There are otherwise pockets and cubbies around the cabin, bottle holders in the doors and a good-sized glovebox.
- Engine/transmission: 2.4 litre turbo diesel/8-spd sports automatic
- Power/torque: 133kW/430Nm
- Suspension: front double wishbone with coil springs; three-link coil spring rear
- Turning circle: 11.2m,
- Off Road: Ground clearance 218mm, 30-degree approach angle, 23-degree ramp-over, 24-degree departure angle, wading depth 700mm
- Towing capacity: 3.0 tonne (braked trailer)
The first impressions of the new Pajero Sport, in as much as can be learned on a light work-out around a controlled 4X4 track, are good.
It is easy to get set and comfortable at the reach and rake-adjustable wheel. Add nicely padded seats and the Pajero Sport has the driving feel of a comfortable light-duty SUV.
And it’s certainly snug and refined. The 2.4 litre MIVEC turbo diesel shared with the Triton is one of the quieter operators and there has been a lot of attention to sound-deadening at the firewall and under the floor.
The steering feel is light at low speeds and gives a reasonable feel for what’s happening underfoot when picking up a rutted trail.
The turning circle of 11.2 metres is tight by 4X4 standards and will make the Pajero Sport more liveable than most when tackling the wilds of an inner-city carpark.
The most enduring impression off-road however is of the long-travel suspension and the isolation and relative stability of the cabin when down below things are really working.
With coil springs all-round, and a live axle rear (but with an unusual sway-bar arrangement), the Pajero Sport can be easily picked over large obstacles or along a deeply rutted track thanks to the surprising range of vertical travel and suspension compliance.
It errs to comfort, but, though relatively soft, we found the bump-stops only after hitting a ‘berm’ a little too vigorously, followed by a hard landing on the next.
The 23 degree ramp-over angle also helps off-road, as does the 30 degree approach angle, but with the centre diff locked in either 4H or 4L, and the control of the Super Select system working below - with Snow, Mud, Rock and Gravel slectable modes - there will be few tracks that will leave the 'Padger' Sport stranded.
We barely got out of second gear (in 4Hlc), but the eight-speed automatic down below (with paddles at the wheel of our tester) gives the Pajero Sport some bragging rights in the showroom, and will be appreciated on a long outback haul.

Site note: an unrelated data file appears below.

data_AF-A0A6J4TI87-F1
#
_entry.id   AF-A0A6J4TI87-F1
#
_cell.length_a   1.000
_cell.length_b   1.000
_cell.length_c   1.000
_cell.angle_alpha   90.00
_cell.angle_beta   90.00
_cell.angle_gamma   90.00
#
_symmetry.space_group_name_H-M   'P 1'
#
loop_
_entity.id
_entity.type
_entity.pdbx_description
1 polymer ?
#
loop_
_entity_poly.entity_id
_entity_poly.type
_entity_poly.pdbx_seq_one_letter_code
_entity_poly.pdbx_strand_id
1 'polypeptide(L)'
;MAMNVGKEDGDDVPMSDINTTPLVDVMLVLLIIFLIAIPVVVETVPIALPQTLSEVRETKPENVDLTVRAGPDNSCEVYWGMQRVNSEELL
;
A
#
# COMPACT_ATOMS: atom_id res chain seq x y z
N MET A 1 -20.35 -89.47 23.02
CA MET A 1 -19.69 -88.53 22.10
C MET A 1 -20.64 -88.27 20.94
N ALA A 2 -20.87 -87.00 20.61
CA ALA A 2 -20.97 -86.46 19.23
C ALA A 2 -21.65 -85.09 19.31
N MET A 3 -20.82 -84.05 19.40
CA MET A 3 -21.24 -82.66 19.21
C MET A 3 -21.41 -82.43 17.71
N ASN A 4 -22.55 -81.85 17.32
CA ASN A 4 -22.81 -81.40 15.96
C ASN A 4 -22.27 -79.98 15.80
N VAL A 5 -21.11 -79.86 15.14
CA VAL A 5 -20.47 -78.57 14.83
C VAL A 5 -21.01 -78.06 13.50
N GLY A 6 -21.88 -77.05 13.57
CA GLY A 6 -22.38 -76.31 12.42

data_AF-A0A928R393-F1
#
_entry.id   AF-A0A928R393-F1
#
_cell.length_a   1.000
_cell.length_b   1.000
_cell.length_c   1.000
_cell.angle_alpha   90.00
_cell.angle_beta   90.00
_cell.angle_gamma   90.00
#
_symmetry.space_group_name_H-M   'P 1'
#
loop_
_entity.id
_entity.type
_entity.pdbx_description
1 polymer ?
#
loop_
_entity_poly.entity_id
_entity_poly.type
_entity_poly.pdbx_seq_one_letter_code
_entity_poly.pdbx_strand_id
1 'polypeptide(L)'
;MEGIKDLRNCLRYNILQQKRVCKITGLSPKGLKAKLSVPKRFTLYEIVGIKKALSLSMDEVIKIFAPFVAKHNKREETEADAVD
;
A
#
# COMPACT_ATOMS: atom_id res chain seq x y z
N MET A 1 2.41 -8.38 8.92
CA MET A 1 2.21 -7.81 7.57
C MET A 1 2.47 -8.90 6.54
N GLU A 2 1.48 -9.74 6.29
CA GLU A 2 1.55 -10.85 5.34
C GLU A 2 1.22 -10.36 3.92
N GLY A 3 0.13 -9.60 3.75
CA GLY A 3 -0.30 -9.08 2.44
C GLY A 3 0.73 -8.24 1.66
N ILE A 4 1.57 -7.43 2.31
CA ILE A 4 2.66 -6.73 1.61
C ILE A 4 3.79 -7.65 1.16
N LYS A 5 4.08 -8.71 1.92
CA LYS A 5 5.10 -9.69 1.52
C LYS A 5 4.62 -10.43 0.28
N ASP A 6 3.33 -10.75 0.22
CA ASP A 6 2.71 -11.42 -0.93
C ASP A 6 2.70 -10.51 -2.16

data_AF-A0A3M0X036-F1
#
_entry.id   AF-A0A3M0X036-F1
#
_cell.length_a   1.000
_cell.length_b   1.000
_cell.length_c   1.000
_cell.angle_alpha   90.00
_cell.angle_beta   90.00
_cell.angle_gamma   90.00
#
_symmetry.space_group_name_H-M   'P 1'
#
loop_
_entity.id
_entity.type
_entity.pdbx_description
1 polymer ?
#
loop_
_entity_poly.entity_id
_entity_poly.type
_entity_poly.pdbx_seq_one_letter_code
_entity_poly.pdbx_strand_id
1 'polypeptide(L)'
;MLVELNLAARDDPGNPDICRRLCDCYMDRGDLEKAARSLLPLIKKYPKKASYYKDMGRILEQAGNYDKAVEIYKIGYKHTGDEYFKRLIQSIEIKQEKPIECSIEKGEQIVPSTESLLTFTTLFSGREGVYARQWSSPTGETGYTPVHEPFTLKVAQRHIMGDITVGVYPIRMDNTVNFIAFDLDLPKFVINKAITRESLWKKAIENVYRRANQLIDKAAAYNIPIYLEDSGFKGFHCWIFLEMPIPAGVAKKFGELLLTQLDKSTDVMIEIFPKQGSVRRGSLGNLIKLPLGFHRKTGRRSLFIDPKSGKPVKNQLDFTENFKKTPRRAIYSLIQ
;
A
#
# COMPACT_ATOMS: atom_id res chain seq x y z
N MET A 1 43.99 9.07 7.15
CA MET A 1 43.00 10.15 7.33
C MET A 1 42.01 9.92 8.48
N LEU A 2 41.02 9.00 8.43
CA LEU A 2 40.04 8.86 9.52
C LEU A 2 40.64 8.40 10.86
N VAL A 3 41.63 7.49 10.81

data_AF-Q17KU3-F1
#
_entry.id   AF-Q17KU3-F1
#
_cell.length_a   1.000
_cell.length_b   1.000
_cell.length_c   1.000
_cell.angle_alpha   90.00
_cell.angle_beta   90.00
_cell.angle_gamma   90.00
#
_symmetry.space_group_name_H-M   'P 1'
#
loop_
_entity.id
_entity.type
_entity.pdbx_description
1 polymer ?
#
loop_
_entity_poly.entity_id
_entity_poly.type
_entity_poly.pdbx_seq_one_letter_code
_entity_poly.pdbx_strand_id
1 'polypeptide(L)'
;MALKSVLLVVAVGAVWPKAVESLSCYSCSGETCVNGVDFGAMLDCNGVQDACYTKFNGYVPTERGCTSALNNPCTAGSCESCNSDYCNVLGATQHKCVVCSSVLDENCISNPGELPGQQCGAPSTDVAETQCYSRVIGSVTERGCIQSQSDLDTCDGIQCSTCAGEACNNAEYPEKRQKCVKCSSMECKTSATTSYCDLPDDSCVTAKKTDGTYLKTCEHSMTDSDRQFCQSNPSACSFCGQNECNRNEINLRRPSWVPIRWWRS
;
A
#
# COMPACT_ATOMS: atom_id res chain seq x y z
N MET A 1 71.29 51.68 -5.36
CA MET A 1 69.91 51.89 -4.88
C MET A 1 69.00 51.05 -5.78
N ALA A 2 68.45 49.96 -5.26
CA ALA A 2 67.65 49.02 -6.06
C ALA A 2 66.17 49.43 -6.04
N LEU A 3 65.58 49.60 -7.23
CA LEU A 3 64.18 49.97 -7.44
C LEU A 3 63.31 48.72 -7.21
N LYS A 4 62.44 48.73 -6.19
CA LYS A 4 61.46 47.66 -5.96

Towing capacity is a raw 3.0 tonne (braked, that is, but get the calculations on GVM and GCM done before you hitch the mobile Buckingham Palace behind).
Mitsubishi has a well thought-out car in this new Pajero Sport. We think you’ll like it.
The unusual rear-styling didn’t appeal much when early images of the new car surfaced; and it still looks a bit arsey, but works ok ‘in the metal’.
In fact, those unique rear lights in that muscled rump may become something of a selling point when a few examples get out and about on the roads.
The cavernous boot and its low load-lip, will win lots of friends – like empty nesters, grey nomads and fleet buyers looking for a useable and useful cargo space – as will the compliant, long-travel feel to the suspension.
And the Super Select AWD is a very well-known and trusted commodity; it’s one of the very best heavy-duty AWD systems out there and easily able to make short work of a crawl up a ragged fire-trail.
But what will win-over most is that (on this first impression) the Pajero Sport doesn’t feel like a ‘truck’ at the wheel, certainly not like the Colorado7 or the Challenger it replaces.
It feels like an SUV wagon, and as comfortable and manoeuvrable as a light-duty soft-roader. If the indications from Mitsubishi about the pricing prove correct, its new Pajero Sport will convince a lot of buyers to look its way.
It certainly makes the bigger Pajero look like an old uncle in a bad wig. (But the Padger, though ageing, is good buying at current prices.)
Disclosure: Tim O’Brien travelled to Japan as a guest of Mitsubishi Australia